All of them allow you to pile up your paint into thick impastos that look like old-master paint effects to me.

These chalk-based mediums also allow you to stretch out the paint very thin, so I use it for my lead white under painting layer as well, where I am using the opacity and transparency of lead white paint to create a range of values over the brown raw umber underpainting….

Watch my video demo for mixing Oleogel and Impasto Putty into my paint here

Watch my video demo for how I use Oleogel and Impasto Putty in my current painting


I’ll be sharing more about creating a lead white under painting when I release my new painting video course later this year: Glazing and Scumbling a Still Life with ROSES. My online video course Glazing and Scumbling is a great introduction to the techniques I’ll be sharing in the more advanced Roses course.

Sign up for my mailing list to be notified as soon as the new online video course is released!

I teach Alla Prima, Direct, and Indirect oil painting here online, offered as fully pre-recorded video courses you can watch any time, including my Intro to Oil Painting which is perfect for beginners. I also offer mentorship programs if you want help and support while working through the courses.

Your Questions about Mediums Answered:
These are more questions people asked me about mediums on social media that I couldn’t fit gracefully into the post:

Do you use different mediums for plein air vs studio work?
Working en plein air or even alla prima in the studio, I find I’m racing against time so I use just one medium, a simple mixture of 50/50 linseed and odorless mineral spirits.

Do you use different mediums for different grounds or supports, like chalk primed panel, or oil primed linen?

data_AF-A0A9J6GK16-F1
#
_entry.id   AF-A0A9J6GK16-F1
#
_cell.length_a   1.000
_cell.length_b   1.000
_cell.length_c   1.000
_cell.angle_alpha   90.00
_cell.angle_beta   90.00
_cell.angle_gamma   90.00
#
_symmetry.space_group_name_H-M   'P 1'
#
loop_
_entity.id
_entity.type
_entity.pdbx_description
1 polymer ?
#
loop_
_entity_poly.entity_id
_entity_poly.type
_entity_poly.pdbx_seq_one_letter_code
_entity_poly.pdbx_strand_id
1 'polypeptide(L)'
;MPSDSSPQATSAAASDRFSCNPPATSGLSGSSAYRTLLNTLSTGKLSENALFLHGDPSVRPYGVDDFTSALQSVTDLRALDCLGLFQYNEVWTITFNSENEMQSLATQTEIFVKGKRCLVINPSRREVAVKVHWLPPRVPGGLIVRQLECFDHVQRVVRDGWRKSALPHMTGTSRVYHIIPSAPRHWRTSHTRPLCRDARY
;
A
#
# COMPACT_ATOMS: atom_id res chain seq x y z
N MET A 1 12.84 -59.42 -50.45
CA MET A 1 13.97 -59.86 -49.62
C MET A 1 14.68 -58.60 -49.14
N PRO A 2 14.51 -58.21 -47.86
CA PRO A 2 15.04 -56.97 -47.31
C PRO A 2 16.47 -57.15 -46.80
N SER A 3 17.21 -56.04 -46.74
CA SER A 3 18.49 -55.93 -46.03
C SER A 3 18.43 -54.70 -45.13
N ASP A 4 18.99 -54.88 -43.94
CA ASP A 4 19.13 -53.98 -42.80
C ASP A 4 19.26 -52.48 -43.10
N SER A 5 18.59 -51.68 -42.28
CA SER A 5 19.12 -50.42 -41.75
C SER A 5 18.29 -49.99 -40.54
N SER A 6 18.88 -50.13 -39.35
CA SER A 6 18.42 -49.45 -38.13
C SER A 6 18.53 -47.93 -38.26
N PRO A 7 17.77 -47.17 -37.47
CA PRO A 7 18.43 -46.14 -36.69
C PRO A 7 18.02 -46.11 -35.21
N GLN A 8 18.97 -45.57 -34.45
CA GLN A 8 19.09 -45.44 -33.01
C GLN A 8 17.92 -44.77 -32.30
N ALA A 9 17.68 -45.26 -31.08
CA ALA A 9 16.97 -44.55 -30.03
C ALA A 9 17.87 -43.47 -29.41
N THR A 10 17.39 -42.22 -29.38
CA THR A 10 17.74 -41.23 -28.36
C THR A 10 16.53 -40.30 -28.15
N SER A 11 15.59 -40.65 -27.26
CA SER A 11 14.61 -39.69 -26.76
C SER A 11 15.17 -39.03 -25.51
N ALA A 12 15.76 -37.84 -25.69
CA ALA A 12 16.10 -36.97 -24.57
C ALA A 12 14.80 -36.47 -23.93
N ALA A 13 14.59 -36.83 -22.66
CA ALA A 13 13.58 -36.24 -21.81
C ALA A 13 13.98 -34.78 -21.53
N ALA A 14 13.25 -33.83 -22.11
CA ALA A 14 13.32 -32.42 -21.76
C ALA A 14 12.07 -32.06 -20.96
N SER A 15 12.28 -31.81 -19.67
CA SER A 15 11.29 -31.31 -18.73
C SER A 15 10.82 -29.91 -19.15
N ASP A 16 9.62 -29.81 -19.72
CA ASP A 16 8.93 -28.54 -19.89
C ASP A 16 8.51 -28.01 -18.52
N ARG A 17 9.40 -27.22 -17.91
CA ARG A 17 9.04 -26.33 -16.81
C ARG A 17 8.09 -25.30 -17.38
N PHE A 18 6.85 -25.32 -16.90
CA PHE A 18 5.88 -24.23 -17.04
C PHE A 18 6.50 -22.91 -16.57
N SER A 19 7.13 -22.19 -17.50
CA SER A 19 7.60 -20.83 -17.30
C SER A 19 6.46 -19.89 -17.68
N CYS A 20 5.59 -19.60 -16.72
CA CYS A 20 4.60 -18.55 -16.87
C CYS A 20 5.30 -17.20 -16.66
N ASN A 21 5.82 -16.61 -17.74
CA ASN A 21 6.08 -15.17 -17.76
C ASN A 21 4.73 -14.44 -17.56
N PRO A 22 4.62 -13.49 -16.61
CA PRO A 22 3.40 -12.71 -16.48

No, but I use different grounds for different kinds of paintings: I use a chalk gesso ground on a smooth hard panel for Indirect painting, and I love RayMar’s oil primed linen panels for my direct and alla prima paintings. You can see my materials lists with links to my recommended products.

Why do some mediums make the paint remain tacky, and should you paint on a tacky layer?
If the previous paint layer is tacky you are probably using too much oil – or maybe other ingredients that are not drying fast enough. A good way to gauge if your previous paint layer is dry enough to paint over is the “thumbnail test” – If you can make an indentation in your paint film with a firm press of your thumbnail, you should wait for it to dry more before painting on it.

Can you mix different mediums together?
As long as they are simple mediums, probably yes, but you should be familiar with every ingredient in your paint. I like to keep transparent mediums and impasto mediums separate, since I use them for different purposes in different parts of the painting.

Are some mediums more harmful than others?
Solvents (paint thinner or mineral spirits or turpentine) are far worse for your health than any other ingredient used for painting, so do everything you can to limit your exposure to fumes.

Is Galkyd fat or lean?
Fast-drying or slow-drying is far more important principle than fat or lean. Alkyd mediums are fast-drying, so use it only in the lowest layers of a painting, or for wet-in-wet methods, as in alla prima or plein air painting.

How do you avoid sinking in?
I don’t, I just live with it! The dark areas of a painting appear lighter-value and “matte” instead of glossy and dark because the oil is sucked into previous paint layers. The more layers there are, the worse the sinking-in becomes. I do “oil out” the area I plan to paint into that day, but I leave the rest matte. When the painting is done and dry, I do oil out the whole surface once to take a good photo of the painting, but afterwards I wipe that oil off with odorless mineral spirits and a makeup sponge.
When the painting has had several weeks or months to dry, I varnish it, and then all the rich glossy dark colors return.

Sadie Valeri